Your unique preferences can get you significantly farther ahead than looking for the cliched goals of expatriates. From an average person’s perspective, the nicest places in the world, aren’t all that different from each other. Sure, they may speak a different language but they’re probably just as insane as the country you’re leaving behind. Fortunately, you’re not the average person.
You can use your personal preferences to find the place in the world that you prefer dramatically to anywhere else.
(This all being said. This is a ridiculously complex subject. Most countries make citizenship a real challenge. Sometimes you might want to settle for semi-permanent tourist status or another complex arrangement. Many people live in foreign countries just doing regular border crossings for legal reasons.)
One former attempted expatriate taught me a rather scary lesson about expatriation.
Most people interested in expatriation underestimate the risks involved.
You can save a fortune by living in another country. There are countries that many people retire in for less than a thousand dollars a month. No, that’s not even a beans for dinner lifestyle. That’s a comfortable condo in a tropical region with good eats daily. The daily costs are cheap but the unexpected costs add up fast.
Expatriation often means you’re thousands of miles from home. Any trip you need to make home is going to be a major hit to your budget. Sure, you can plan for a trip or two home a year but unexpected trips kill your simple low budget lifestyle fast.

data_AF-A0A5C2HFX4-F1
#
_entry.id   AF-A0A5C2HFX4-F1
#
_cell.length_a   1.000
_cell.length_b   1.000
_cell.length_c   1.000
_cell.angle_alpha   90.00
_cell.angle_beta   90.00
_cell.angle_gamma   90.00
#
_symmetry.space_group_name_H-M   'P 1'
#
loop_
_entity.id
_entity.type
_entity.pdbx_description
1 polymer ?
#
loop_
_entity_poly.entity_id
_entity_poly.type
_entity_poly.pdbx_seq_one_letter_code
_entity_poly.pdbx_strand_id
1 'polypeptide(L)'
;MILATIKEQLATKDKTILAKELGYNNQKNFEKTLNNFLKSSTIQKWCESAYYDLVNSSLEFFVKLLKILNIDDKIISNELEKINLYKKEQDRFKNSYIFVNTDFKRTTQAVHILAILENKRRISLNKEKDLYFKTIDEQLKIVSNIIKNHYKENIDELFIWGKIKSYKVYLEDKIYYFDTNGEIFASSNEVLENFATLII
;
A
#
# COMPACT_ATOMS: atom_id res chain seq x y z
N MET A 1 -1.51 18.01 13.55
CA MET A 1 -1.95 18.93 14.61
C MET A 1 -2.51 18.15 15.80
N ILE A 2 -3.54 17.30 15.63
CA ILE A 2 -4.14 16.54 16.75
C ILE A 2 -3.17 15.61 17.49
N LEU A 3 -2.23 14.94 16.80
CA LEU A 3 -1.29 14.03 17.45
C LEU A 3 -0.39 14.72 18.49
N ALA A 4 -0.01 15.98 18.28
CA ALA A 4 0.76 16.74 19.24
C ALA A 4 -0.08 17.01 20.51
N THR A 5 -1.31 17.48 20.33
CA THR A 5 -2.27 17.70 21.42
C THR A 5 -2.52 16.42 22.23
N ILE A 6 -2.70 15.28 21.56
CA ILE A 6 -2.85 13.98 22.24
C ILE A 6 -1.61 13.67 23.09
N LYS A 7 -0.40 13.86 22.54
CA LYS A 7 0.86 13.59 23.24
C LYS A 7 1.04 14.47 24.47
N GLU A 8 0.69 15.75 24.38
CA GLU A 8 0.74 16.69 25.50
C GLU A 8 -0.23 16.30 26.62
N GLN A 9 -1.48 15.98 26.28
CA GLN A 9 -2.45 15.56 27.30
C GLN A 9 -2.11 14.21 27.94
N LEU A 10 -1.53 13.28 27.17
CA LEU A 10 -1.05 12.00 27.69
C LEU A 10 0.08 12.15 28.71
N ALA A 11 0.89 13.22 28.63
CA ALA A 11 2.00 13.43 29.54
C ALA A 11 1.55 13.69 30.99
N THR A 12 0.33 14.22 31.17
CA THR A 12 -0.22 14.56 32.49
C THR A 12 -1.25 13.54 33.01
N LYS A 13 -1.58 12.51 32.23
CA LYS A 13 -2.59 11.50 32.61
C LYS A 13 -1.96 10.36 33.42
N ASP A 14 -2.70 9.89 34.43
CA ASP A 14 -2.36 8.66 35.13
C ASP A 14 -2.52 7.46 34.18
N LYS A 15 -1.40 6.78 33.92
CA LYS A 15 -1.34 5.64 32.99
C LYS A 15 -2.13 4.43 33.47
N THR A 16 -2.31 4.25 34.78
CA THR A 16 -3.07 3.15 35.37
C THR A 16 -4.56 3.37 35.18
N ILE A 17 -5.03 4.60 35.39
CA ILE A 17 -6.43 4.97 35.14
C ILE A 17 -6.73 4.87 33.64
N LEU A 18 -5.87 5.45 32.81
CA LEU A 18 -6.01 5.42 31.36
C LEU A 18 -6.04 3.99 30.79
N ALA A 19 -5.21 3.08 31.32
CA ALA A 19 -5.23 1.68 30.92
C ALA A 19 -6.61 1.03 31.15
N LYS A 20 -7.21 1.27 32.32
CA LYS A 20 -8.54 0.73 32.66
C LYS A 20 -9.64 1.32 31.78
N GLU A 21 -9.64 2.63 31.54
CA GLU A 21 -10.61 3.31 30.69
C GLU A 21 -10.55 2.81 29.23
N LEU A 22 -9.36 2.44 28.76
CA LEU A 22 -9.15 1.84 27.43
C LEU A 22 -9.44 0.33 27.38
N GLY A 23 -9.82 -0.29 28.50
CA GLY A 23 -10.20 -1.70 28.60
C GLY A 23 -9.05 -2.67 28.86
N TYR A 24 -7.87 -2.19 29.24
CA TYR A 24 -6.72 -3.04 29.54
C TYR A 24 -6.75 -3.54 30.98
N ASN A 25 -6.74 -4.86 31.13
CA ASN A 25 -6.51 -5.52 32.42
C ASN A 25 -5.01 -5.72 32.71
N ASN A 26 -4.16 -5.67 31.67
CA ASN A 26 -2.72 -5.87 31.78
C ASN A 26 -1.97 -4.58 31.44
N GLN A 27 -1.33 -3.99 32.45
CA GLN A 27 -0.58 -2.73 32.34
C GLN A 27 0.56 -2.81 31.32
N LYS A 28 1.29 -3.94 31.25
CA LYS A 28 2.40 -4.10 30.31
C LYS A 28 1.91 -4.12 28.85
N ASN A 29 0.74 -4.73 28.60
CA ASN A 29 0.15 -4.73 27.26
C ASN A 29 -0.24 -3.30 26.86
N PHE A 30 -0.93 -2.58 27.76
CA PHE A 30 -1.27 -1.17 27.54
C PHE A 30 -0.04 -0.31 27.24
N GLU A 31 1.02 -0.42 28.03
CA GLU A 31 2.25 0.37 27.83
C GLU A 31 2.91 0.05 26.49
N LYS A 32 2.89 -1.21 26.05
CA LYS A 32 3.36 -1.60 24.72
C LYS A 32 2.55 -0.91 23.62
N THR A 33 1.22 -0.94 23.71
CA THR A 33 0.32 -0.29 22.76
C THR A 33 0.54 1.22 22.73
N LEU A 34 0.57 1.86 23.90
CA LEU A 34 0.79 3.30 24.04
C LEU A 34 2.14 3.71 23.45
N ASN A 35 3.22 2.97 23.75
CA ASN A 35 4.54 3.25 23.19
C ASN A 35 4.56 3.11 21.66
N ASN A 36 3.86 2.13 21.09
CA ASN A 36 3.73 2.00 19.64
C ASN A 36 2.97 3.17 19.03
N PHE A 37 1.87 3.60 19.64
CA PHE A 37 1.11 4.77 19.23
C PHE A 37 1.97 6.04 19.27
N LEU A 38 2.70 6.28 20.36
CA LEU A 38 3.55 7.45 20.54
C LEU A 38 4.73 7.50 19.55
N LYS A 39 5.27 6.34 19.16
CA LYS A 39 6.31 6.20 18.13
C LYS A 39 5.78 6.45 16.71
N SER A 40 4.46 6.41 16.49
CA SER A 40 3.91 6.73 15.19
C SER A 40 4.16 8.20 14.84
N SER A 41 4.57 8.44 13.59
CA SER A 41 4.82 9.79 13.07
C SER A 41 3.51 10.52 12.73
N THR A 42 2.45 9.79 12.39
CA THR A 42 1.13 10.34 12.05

Then comes the real risk this attempted expatriate spoke to me about. He was telling me that he was so confident before moving but still, it couldn’t work for him. He ended up spending tens of thousands of dollars moving away and then back home again when he decided it wasn’t worth it. Why did he move back home? He just didn’t like it.
Certainly, one man’s story can’t accurately predict anyone’s future but this story isn’t as uncommon as you might think. If you make a poor decision in your long term planning, it can end up costing you a lot of money. (The logical solution might be to not spend ten’s of thousands of dollars moving. Rent an apartment. Buy cheap stuff. Plan for changing your mind.)
Leaving your home country for a long period of time is a difficult decision to make. You need to be willing to take on a whole lot of risk in the short term for a potentially small gain in the long term. The return on investment is unbelievably slow financially.
That being said, I’ve already had quite the return on investment intellectually and I haven’t even moved yet. A single day in a foreign country taught me more lessons than a week living back home. It forces you into feeling like a child again. You get to feel like you’re the only one that doesn’t know what’s going on. That gave me a compulsive urge to figure stuff out. It was an absolutely amazing feeling.
Even if you don’t go full on down the road to expatriation. At least give yourself the chance to see the world. It’s damn scary at times but that’s the fun part.